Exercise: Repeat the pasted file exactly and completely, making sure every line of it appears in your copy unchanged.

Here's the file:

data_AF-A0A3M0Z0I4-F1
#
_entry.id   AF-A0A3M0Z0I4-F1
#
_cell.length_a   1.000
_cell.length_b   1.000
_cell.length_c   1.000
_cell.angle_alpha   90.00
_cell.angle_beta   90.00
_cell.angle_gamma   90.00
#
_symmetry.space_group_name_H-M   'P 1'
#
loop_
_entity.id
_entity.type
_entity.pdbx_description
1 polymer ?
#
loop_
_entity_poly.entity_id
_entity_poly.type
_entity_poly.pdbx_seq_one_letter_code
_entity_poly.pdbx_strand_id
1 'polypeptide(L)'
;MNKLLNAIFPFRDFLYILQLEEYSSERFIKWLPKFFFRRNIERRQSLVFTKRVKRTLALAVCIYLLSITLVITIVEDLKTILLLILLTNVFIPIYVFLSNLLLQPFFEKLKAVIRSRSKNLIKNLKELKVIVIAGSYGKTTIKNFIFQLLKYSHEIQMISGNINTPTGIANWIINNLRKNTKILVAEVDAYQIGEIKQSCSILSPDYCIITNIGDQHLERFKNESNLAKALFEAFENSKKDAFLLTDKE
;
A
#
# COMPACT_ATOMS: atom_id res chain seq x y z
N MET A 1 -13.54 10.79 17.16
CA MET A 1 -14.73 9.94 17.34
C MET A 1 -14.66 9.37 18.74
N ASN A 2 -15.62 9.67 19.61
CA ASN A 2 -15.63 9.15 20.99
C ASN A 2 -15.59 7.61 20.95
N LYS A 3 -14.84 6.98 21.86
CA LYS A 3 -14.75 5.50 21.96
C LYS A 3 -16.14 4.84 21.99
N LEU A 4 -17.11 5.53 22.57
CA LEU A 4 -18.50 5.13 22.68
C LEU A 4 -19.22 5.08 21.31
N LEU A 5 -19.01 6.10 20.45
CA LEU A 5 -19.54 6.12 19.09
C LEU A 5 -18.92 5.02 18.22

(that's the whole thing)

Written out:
data_AF-A0A3M0Z0I4-F1
#
_entry.id   AF-A0A3M0Z0I4-F1
#
_cell.length_a   1.000
_cell.length_b   1.000
_cell.length_c   1.000
_cell.angle_alpha   90.00
_cell.angle_beta   90.00
_cell.angle_gamma   90.00
#
_symmetry.space_group_name_H-M   'P 1'
#
loop_
_entity.id
_entity.type
_entity.pdbx_description
1 polymer ?
#
loop_
_entity_poly.entity_id
_entity_poly.type
_entity_poly.pdbx_seq_one_letter_code
_entity_poly.pdbx_strand_id
1 'polypeptide(L)'
;MNKLLNAIFPFRDFLYILQLEEYSSERFIKWLPKFFFRRNIERRQSLVFTKRVKRTLALAVCIYLLSITLVITIVEDLKTILLLILLTNVFIPIYVFLSNLLLQPFFEKLKAVIRSRSKNLIKNLKELKVIVIAGSYGKTTIKNFIFQLLKYSHEIQMISGNINTPTGIANWIINNLRKNTKILVAEVDAYQIGEIKQSCSILSPDYCIITNIGDQHLERFKNESNLAKALFEAFENSKKDAFLLTDKE
;
A
#
# COMPACT_ATOMS: atom_id res chain seq x y z
N MET A 1 -13.54 10.79 17.16
CA MET A 1 -14.73 9.94 17.34
C MET A 1 -14.66 9.37 18.74
N ASN A 2 -15.62 9.67 19.61
CA ASN A 2 -15.63 9.15 20.99
C ASN A 2 -15.59 7.61 20.95
N LYS A 3 -14.84 6.98 21.86
CA LYS A 3 -14.75 5.50 21.96
C LYS A 3 -16.14 4.84 21.99
N LEU A 4 -17.11 5.53 22.57
CA LEU A 4 -18.50 5.13 22.68
C LEU A 4 -19.22 5.08 21.31
N LEU A 5 -19.01 6.10 20.45
CA LEU A 5 -19.54 6.12 19.09
C LEU A 5 -18.92 5.02 18.22